WASHINGTON – California President Nancy Pelosi said late Sunday that the House of Representatives on Thursday will vote on a $1 trillion bipartisan infrastructure bill, giving Democrats more time to reach consensus on achieving President Biden’s large-scale domestic package.
The vote will take place hours before the end of state funding – such as major transport programs, reflected in the Infrastructure Act – on October 1, leaving the legislature with a narrow margin of error.
Pelosi promised to vote on the bill until Monday last month when a group of Democrats was voting against signing the party’s $3.5 trillion social policy and budget needed to pass the climate bill. Threatened if not promised. The Senate passed a quick vote on the infrastructure measure last month.
But progressive lawmakers have vowed not to support the Infrastructure Bill until Congress passes a $3.5 trillion plan to secure major new investments in education, health care, child care, paid vacations, and climate programs. This package is not complete.
Pelosis’ announcement that the House will seek to pass an infrastructure bill this weekend reflects the difficult task Democratic leaders face as they work together to agree progress on the agenda. Let’s try.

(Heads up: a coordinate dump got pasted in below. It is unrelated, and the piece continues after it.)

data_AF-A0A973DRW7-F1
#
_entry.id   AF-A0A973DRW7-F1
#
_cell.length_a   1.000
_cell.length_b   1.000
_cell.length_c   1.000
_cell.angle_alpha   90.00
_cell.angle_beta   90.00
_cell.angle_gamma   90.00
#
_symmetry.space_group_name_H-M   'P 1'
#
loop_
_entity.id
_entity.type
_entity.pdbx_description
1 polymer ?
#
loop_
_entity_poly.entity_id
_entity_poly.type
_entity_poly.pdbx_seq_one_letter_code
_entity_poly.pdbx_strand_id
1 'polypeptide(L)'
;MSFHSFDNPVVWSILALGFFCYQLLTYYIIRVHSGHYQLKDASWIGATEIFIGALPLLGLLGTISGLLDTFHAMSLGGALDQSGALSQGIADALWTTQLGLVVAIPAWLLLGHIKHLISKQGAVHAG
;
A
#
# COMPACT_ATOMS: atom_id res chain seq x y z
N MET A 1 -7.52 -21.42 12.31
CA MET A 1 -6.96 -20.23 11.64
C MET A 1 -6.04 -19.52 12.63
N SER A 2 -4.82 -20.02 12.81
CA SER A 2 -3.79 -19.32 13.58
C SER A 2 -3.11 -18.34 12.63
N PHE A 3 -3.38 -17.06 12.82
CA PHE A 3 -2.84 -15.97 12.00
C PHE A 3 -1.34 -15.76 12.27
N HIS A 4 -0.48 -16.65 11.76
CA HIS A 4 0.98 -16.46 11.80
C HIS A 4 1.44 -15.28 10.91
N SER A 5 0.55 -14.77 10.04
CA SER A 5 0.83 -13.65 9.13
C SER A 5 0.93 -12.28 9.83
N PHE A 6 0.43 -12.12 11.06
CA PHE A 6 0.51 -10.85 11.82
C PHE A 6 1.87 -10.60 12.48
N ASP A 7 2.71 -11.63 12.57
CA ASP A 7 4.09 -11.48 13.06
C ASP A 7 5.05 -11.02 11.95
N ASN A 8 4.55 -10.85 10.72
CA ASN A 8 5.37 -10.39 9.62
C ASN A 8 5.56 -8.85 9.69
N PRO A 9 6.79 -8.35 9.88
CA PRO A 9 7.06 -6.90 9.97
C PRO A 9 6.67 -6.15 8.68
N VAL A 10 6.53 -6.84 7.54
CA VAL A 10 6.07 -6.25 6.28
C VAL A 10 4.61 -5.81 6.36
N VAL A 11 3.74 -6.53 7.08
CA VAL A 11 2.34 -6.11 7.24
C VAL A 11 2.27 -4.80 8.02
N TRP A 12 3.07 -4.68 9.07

“I would never come up with a bill that doesn’t have a vote,” Pelosi said on Sunday of the ABC’s infrastructure bill.
Biden and members of his cabinet met with lawmakers over the weekend to push the two bills to a final, according to a White House official familiar with the discussions.
With a much smaller majority, Pelosi could only lose three votes on the social plan, and Senate Democrats expect her to be pushed through an accelerated budget process known as reconciliation so that it can be bailed out by the filibuster. Republicans in the House of Representatives are urging their members to oppose the $1 trillion infrastructure package so that more than a few defectors can bypass the bill.
Pramila Jayapal, a Democrat from Washington and chair of the Congressional Progressive Parliamentary Assembly, promised again on Sunday that moderate lawmakers would not support the infrastructure bill unless accompanied by action on the $3.5 trillion plan.
“He’s a really good storyteller and he knows where the meeting is and we really noticed that,” Jayapal told CNN’s State of the Union on Sunday. “No sound.”
But Rep. Josh Gotheimer, a New Jersey Democrat and a leading centrist in the House of Representatives who negotiated with Pelosi, said progressives had made empty threats.
“This is an important part of the president’s agenda,” Gotheimer said of the nation state. “I didn’t buy at the end of the day that people voted against it.”
In the Senate, Democrats will also consider an emergency spending package on Monday, which is needed to prevent a government shutdown. Republicans objecting to containing the law removing restrictions on federal government borrowing are expected to block the action in a procedural vote. The DPR only ratifies the bill with a democratic vote.